While in part a reference to some other sporting event I couldn't possibly understand (soccer? Aussie Rules FB?) this quote, to me, is a nice little snapshot of Cadel Evans: proud of his accomplishments, very closely tied to Australia, and kind of dorky. I'm sure he said other profound things, but in any event, it seemed like a nice way to kick off a "final thoughts" column. As to those final thoughts...
It's not easy being Cadel
We wags may talk about how "he never wins" or something along those lines, but this hasn't translated into lack of respect in the peloton. On the contrary, Cuddles has been the primary focus of the top rival contenders in both Tours and Vueltas of recent years. Disco and Saxo spent July '07 and '08 working him over mercilessly (less so this year, only because he fell ill). Valverde was nailed to his wheel for most of the Vuelta, while indifferently allowing Cunego to steal away for the odd stage win. Translation: most of his grand tour rivals of the past few years have seen him as the primary threat, and this immense respect for his abilities has seriously hurt Evans' ability to move around. This time, though, Valverde was nailed to Cunego's wheel instead, and while Evans wasn't overlooked by any means, he was at most the third priority, after the Kid and Tony Spartacus. Valv and co. ever so briefly diverted their gaze from the Aussie, and he stole off up the road, never to be seen again.
Right Man, Right Course
Cuddles' strengths consist of his ability to climb up to a certain point (and his willingness to drive himself to the absolute limit in the process); his time trialing ability (see previous parenthetical); and his general consistency from week to week. His weaknesses consist of climbing past a certain point, and sprinting. For once, the finale of a race played out in a way that had everything to do with the former set and not the latter. The climbs were hard but well within his range, while the conclusion of the race was basically a time trial. The alternative scenario was a sprint, but Cuddles got on his horse and snuffed that one out. Perfect tactics.
The Other Guys
My repetitive point about guys looking at each other, versus being gassed. I haven't read all the post-mortems, but let's face it, comments from cyclists after a race are only marginally more useful than the pre-race ones. The standard response of the chasers is something along the lines of "I gave it all I had, and couldn't respond further." What you rarely ever read is "well, I could have won, but I pissed it away on purpose because I didn't want to drag that jerk __ to the line." Sponsors respond more positively to the former than the latter. But the former strikes me as true most of the time regardless, and yesterday was no exception. Cunego did attack in response... and blew himself up in under a minute. Valverde did very little to counter, possibly because Rodriguez was up the road, but my own belief is that he didn't have it. How does he not jump on Cunego's wheel otherwise? There was the look of some serious nonsense going on behind Evans, but after about a minute even a concerted effort would have likely failed to bring back the World Champion.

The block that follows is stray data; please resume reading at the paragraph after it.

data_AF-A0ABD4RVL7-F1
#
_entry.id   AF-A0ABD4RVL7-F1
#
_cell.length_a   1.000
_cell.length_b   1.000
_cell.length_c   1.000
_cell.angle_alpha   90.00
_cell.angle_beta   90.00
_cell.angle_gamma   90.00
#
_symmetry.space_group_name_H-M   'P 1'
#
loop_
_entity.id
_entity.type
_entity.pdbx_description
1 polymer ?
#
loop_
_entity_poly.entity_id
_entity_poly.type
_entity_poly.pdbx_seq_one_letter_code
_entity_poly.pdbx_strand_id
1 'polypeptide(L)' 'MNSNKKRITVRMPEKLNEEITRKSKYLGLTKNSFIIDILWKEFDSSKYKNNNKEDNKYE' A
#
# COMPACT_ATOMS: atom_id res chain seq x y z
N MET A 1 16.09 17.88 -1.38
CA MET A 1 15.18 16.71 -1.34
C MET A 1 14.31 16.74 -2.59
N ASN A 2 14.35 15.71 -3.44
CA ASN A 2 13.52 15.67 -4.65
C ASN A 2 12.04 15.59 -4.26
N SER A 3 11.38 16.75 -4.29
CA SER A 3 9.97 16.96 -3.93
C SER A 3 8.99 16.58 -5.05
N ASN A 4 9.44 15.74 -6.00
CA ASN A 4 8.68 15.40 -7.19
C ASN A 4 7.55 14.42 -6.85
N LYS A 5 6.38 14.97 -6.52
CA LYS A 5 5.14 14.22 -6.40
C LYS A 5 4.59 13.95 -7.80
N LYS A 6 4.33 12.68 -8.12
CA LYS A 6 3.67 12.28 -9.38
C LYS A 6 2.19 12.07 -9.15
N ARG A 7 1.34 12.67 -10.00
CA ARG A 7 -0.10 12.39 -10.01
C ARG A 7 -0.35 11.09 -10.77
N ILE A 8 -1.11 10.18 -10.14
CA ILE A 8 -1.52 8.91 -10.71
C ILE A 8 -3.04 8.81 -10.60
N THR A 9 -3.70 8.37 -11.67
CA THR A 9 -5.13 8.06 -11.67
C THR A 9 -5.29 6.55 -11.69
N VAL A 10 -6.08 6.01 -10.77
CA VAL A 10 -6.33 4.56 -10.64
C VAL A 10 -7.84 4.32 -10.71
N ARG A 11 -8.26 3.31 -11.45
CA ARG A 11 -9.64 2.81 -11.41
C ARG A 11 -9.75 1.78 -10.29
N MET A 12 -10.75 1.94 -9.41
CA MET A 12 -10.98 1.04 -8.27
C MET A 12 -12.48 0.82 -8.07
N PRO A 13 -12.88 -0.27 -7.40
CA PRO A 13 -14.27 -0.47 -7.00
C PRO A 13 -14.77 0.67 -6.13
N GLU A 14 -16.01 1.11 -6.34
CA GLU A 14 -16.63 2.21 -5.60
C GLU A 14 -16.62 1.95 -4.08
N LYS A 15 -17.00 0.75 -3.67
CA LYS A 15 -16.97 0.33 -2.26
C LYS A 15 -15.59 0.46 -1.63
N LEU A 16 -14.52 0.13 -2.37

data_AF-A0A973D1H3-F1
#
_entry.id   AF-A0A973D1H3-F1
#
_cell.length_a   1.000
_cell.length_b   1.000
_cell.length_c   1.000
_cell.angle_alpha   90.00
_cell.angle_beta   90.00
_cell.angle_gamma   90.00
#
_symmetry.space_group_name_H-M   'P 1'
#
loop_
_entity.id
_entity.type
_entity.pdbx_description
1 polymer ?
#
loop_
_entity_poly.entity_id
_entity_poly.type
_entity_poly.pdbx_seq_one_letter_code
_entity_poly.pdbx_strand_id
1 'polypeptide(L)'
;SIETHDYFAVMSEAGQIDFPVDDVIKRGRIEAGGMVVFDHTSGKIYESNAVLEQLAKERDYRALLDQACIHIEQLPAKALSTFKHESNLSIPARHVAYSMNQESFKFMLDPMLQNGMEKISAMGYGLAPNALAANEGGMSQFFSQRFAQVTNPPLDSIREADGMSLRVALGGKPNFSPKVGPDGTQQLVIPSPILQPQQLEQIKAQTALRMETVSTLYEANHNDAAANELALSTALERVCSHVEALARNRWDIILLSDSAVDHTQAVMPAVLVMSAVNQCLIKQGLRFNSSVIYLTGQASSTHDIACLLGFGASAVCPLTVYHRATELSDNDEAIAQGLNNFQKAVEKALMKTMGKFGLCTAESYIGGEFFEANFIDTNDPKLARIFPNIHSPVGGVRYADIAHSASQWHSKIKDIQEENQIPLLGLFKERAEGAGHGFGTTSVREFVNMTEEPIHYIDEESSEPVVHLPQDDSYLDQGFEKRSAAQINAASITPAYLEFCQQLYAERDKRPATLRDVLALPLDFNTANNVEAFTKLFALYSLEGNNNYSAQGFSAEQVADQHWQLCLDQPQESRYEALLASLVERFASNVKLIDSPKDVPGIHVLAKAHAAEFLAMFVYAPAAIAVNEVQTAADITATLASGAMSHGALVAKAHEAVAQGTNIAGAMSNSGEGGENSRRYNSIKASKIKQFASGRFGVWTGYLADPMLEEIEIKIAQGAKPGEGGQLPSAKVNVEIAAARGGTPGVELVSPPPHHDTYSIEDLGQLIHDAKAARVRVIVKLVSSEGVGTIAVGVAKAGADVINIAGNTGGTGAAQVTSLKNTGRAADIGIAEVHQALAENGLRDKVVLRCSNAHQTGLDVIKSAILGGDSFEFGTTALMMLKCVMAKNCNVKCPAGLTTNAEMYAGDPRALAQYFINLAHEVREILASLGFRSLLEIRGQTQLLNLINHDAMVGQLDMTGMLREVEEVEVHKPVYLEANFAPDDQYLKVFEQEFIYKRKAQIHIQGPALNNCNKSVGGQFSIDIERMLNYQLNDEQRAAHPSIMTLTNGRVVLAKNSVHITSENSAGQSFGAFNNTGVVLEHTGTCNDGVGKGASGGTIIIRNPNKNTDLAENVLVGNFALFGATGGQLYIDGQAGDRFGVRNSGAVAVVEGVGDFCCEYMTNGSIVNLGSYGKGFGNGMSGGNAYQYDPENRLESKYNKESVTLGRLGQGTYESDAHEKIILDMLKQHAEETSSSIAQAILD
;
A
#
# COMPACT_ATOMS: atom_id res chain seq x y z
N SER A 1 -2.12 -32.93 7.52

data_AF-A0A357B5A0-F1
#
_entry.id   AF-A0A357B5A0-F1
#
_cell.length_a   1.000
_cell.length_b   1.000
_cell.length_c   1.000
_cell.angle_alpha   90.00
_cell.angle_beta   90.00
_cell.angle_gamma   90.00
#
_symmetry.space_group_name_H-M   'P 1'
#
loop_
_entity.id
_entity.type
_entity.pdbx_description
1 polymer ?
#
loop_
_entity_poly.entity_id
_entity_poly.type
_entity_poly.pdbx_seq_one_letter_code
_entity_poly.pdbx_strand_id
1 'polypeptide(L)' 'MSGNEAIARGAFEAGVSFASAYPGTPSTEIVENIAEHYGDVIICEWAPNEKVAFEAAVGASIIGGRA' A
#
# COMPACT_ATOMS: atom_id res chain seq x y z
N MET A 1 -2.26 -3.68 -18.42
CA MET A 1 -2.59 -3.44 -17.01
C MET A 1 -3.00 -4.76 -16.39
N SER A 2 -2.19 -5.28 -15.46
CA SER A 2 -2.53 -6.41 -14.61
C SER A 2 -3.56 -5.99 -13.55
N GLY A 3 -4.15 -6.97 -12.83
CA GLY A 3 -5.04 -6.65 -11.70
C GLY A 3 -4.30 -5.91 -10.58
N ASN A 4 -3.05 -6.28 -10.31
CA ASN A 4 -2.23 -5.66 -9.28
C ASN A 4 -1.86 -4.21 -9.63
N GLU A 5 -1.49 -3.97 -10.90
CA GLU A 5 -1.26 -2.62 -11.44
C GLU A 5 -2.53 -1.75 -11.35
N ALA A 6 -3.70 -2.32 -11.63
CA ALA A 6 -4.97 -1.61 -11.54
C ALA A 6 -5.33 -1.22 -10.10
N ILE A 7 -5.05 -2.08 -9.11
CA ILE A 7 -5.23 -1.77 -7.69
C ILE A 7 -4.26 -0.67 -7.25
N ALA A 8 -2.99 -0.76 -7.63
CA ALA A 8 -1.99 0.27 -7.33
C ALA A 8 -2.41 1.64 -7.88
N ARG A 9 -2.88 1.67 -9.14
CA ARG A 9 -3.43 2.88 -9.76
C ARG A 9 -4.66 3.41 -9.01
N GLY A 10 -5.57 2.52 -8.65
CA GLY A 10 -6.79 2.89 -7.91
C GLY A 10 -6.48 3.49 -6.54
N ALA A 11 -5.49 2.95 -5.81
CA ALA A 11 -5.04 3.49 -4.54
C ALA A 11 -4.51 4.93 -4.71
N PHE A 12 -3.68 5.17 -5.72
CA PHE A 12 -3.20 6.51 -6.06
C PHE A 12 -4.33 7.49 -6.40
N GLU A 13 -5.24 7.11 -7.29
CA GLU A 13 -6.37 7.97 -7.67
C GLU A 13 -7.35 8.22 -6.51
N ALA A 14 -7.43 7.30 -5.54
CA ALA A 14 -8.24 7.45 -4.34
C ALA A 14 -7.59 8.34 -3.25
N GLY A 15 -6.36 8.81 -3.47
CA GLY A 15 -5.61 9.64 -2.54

If you've read otherwise elsewhere, please feel free to correct me.
It's no secret that a lot of aspiring Arc-en Ciels go to the Vuelta a Espana to hone their form for a week or two, then ditch. Evans is a rare exception of a guy who not only finished the Vuelta, but made the podium, then turned around and won the Rainbow Jersey. The last time a rider made the podium of the Vuelta and the Worlds was Alejandro Valverde in 2006 (second in Spain, third in Salzburg). Valverde was also third in the 2003 Vuelta and second in the Hamilton Worlds. To find a World Champion coming off a Vuelta podium, you have to go all the way back to Abraham Olano, 1995 (second in the Vuelta). And even these results come with their share of arched eyebrows, given the era in question -- though to be clear, I have no specific concerns about Abraham Olano, only the era in which he raced. Anyway, it's very very hard to perform well in the Vuelta and still have the juice to win a really long, hard road race. Cadel's consistency is vastly underrated.
It helps to know the roads. From the available evidence I am guessing Cadel's Swiss home is in Riva San Vitale, the closest lake-side area to Mendrisio. [I would not want to know where his house actually is.] Here are the mapquest directions from the main Piazza to the start in Mendrisio:
A: Riva San Vitale, Ticino, Switzerland SOUTH on PIAZZA GRANDE toward VIA ABATE VASSALLI.
Turn LEFT onto VIA DELL'INDIPENDENZA/STRADA NUOVA. Continue to follow STRADA NUOVA.
Turn RIGHT onto PRATI DI CAPOLAGO/STRADA NUOVA. Continue to follow STRADA NUOVA.
Enter next roundabout and take 1st exit onto VIA CARLO MADERNO/2. Pass through 1 roundabout.
Stay STRAIGHT to go onto VIA VIGNALUNGA.
Enter next roundabout and take 1st exit onto VIA FRANCO ZORZI.
Enter next roundabout and take 2nd exit onto VIA LUIGI LAVIZZARI.
Welcome to MENDRISIO, TICINO.
Total Travel Estimates: 7 minutes / 3.26 miles
Liggett's call, along with that Aussie dude who does some UniversalSports work:
2009 Mens World Road Cycling Championship in Mendrisio - English (1 of 2) (via dgh853)Part 2:
2009 Mens World Road Cycling Championship in Mendrisio - English (2 of 2) (via dgh853)